“The decision that we are being asked by some folks to make here is not a proper decision for us to make at the rezoning phase,” Snook said. “That does not mean that that if we grant the rezoning that it’s necessarily going to pass the site plan review.”
Developer Nicole Scro said that by-right, they would build three duplexes on the property. The rezoning would allow more units to be built, which would bring down the cost of each to the people who will live there.
“The composition of the units is smaller units and we’re doing that to save on construction costs so we can hit lower rents,” Scro said. “That’s the purpose of this rezoning.”
Scro said she understood the concerns, but said she felt confident about the flood risk. The structures will be built at 327 feet above sea level.
“And then we’re going to have three feet of crawl-space and another foot of subflooring so the finished floor elevation will be at 331 approximately,” Scro said.
Council voted 5-0 to agree to the rezoning.
This isn’t the end of the story with flood modeling.
Charlottesville is beginning to develop a new flood model for the Moores Creek watershed to better understand hydrological processes. This is being paid for by the state government with proceeds from the Regional Greenhouse Gas Initiative.
See also: Charlottesville awarded $153K for flood study from RGGI funds, October 6, 2021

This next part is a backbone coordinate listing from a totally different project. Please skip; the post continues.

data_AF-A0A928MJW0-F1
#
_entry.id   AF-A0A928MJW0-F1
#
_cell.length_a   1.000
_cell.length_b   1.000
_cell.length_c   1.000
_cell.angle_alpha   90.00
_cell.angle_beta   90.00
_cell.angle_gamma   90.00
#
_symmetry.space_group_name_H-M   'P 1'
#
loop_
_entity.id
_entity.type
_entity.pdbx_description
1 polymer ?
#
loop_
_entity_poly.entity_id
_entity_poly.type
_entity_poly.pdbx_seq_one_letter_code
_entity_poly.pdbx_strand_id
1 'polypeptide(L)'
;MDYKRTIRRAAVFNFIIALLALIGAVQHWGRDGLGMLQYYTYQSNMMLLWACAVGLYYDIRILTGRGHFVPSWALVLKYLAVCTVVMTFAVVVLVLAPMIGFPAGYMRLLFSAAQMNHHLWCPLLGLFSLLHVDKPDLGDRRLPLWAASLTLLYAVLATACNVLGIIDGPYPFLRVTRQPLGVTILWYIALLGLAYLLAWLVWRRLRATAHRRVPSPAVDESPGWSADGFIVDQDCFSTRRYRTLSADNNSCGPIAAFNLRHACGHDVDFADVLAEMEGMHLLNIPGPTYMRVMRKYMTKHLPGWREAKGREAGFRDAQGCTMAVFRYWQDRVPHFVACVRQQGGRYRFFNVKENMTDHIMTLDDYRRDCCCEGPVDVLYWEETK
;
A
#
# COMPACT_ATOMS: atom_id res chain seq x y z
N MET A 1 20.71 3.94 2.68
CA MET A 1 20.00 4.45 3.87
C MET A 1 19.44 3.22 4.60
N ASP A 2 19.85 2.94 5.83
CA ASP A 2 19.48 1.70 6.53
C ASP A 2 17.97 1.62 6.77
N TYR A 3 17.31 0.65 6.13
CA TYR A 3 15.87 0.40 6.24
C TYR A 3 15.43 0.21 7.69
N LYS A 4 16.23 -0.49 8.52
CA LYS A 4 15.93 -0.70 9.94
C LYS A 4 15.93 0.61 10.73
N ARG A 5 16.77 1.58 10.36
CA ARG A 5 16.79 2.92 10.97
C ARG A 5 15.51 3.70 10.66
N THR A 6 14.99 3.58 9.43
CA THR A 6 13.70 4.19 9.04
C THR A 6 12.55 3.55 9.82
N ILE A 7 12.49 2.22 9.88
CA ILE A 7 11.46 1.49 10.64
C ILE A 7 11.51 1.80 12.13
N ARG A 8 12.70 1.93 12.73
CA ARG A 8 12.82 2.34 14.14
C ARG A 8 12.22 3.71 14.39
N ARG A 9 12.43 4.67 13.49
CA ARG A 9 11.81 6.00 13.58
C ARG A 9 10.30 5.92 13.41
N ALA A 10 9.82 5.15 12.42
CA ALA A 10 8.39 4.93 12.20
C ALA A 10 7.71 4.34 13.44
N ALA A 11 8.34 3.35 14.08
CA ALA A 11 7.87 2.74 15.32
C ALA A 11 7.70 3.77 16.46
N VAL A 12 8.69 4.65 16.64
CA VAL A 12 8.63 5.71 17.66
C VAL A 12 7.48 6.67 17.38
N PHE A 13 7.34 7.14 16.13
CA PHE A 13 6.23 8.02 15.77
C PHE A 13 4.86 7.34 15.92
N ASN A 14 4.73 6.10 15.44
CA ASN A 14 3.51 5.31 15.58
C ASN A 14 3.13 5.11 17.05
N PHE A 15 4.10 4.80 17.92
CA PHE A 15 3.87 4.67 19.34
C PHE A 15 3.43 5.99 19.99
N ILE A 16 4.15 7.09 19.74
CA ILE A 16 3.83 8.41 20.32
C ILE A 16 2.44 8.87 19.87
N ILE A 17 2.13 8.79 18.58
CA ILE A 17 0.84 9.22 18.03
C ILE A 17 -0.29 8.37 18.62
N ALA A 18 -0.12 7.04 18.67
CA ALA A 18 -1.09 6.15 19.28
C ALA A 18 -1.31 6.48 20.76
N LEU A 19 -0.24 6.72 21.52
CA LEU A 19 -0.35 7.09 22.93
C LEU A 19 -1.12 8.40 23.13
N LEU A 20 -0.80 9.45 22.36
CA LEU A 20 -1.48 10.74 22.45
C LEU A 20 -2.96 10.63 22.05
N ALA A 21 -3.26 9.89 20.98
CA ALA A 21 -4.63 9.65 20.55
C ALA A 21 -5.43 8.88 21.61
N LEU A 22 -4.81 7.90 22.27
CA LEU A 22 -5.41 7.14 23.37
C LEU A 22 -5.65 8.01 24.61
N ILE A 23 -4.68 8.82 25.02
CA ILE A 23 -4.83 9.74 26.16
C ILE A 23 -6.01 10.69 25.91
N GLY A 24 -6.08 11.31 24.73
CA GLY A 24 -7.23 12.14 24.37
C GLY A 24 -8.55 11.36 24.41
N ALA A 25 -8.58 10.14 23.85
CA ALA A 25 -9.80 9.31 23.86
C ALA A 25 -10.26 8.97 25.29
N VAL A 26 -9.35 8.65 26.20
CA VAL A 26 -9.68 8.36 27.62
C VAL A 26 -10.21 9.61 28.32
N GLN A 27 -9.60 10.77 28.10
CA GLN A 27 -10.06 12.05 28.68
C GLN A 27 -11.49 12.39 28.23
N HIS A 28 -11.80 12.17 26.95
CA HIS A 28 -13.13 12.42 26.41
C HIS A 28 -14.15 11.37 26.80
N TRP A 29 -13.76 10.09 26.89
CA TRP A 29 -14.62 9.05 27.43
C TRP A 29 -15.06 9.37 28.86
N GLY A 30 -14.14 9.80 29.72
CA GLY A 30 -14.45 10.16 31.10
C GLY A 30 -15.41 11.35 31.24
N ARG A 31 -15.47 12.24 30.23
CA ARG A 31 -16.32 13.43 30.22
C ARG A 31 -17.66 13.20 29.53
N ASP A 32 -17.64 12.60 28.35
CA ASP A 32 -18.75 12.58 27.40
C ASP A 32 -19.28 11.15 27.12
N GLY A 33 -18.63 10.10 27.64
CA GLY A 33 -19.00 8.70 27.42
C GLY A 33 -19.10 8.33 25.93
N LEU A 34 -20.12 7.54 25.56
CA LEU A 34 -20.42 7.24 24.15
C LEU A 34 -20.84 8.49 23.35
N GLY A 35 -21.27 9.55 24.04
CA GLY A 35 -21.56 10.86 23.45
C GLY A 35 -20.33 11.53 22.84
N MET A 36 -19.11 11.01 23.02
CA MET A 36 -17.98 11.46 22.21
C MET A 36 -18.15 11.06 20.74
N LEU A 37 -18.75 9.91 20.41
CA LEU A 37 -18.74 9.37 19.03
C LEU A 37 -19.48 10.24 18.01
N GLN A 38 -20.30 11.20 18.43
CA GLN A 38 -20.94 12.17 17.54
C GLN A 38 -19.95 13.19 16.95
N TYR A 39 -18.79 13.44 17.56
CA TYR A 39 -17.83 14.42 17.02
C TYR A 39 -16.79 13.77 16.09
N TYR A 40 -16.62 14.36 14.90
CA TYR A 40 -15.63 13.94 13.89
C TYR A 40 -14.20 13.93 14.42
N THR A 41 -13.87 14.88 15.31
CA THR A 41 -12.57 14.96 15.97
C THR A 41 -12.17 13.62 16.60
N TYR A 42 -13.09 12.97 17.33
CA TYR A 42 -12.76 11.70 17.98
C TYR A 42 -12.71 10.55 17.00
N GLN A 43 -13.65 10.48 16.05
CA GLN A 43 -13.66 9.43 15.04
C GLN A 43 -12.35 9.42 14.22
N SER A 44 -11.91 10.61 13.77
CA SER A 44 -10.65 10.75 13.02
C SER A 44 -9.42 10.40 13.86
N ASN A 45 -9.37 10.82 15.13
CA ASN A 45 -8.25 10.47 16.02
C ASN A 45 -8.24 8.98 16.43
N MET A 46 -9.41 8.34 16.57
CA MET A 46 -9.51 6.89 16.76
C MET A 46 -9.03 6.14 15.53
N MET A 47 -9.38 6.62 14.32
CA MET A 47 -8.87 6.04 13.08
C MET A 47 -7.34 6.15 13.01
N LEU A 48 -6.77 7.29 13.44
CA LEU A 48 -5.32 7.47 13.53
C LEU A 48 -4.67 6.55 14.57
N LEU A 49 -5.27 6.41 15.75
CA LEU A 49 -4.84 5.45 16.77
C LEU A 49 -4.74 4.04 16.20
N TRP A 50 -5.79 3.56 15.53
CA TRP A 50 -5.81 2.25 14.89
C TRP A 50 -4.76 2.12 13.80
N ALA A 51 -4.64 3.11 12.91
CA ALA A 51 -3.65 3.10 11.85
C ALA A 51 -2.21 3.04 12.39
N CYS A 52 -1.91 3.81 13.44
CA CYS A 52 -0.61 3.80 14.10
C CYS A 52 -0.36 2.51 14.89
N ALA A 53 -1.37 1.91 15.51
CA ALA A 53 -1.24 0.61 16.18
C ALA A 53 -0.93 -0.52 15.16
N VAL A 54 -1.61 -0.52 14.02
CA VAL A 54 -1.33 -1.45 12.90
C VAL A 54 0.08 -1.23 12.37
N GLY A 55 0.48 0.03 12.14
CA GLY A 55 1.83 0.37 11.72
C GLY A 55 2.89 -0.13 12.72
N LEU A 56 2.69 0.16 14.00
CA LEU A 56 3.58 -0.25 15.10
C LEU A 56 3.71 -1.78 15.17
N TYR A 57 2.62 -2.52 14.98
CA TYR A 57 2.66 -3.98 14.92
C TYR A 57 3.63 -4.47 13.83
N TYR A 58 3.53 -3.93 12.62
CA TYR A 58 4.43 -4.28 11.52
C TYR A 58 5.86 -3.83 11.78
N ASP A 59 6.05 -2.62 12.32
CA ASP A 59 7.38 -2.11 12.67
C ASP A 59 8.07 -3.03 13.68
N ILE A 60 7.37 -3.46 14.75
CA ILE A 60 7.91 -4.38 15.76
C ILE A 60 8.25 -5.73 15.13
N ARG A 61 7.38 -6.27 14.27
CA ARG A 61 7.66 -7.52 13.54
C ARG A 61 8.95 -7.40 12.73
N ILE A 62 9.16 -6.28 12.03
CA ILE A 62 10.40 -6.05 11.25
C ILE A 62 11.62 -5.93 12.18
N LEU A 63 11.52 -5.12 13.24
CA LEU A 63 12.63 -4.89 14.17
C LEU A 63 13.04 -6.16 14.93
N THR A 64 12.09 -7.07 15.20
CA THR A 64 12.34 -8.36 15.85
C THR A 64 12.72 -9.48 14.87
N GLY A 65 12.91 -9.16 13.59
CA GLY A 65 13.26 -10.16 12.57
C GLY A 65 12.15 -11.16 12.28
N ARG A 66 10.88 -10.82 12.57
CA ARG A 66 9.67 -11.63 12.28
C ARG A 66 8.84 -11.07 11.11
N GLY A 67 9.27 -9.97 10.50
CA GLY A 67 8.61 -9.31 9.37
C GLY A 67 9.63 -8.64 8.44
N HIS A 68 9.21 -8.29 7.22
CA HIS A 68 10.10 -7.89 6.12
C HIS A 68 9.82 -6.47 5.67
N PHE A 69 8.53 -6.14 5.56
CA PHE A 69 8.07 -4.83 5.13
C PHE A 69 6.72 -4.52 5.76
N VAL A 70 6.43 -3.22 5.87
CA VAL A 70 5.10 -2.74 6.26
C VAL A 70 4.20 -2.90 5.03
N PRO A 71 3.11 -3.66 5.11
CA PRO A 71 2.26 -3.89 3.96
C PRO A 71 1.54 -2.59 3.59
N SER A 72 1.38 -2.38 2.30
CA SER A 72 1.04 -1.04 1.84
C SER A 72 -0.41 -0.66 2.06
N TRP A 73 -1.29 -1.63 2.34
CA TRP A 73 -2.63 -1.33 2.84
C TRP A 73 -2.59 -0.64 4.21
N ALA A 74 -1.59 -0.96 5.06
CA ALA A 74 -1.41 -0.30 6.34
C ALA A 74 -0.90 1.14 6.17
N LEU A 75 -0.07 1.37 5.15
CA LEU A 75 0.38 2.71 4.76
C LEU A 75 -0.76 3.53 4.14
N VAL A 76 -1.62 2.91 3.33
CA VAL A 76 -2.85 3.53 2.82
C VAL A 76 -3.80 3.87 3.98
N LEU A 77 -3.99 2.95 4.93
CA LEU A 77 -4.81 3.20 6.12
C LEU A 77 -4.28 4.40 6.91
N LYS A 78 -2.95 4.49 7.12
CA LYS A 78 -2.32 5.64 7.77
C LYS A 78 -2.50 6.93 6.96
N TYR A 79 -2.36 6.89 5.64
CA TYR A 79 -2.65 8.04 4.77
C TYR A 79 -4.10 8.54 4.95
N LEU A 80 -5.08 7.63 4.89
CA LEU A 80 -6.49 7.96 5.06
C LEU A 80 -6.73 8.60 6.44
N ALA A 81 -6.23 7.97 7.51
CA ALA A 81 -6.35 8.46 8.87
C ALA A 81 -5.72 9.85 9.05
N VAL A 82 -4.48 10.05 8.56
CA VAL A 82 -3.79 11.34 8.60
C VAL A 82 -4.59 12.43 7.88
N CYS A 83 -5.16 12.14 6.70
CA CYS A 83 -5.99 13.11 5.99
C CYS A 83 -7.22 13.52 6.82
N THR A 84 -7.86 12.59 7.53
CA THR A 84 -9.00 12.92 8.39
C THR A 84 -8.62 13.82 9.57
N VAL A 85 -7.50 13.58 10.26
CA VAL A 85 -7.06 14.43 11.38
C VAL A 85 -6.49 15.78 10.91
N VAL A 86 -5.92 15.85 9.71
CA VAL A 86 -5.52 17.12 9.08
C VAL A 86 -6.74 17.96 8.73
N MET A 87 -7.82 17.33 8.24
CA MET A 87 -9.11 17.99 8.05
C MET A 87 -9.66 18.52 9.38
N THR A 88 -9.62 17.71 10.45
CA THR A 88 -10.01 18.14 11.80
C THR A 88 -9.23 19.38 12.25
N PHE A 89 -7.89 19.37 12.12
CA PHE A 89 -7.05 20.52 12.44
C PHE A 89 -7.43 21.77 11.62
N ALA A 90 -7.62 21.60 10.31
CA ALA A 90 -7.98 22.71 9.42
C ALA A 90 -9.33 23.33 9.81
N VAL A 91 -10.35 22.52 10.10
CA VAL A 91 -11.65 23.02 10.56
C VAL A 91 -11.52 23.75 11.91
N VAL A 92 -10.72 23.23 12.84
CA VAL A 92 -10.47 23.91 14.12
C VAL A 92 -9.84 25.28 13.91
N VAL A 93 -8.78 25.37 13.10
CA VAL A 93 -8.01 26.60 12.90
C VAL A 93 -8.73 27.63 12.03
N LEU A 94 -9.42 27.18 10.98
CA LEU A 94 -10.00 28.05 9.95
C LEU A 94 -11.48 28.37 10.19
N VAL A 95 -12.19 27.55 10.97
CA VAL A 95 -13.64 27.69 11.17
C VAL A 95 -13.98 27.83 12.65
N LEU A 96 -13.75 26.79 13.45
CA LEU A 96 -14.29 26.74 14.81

Shout-out for an upcoming talk on birds
In today’s subscriber-fueled shout-out, if you’re interested in learning more about the birds around us, the National Sporting Library and Museum has a virtual event for you coming up on February 24. Jennifer Ackerman, the author of the Genius of Birds, will explore the brilliance of birds and delve into the mysteries of the avian brain. Ackerman as she shares her global adventures into the genius of birds. Learn how birds make and use tools, teach each other skills, count, navigate, create art, perform astonishing feats of memory, communicate, and even pass along cultural traditions.
The author will be joined by two top officials from the Wildlife Center of Virginia, an organization that has helped nearly 90,000 wild animals from every corner of Virginia. Center President Ed Clark and Senior Vice President Amanda Nicholson will bring along Ambassador Animals. The program is free and available via Zoom or Facebook like. Drop a line to firstname.lastname@example.org for a link, or visit the National Sporting Library and Museum on Facebook.
Albemarle briefed on spotted lanternfly
As program manager for Plant Industry Services at the Virginia Department of Agriculture and Consumer Services, David Gianino leads the state’s efforts to fight threats to native plants that could harm whole industries if left unchecked.
“And we have many different pest programs where we work with invasive species to mitigate either their spread or their impact here in Virginia, and in 2021 unfortunately Spotted Lanternfly has made its way to Albemarle County,” Gianino said.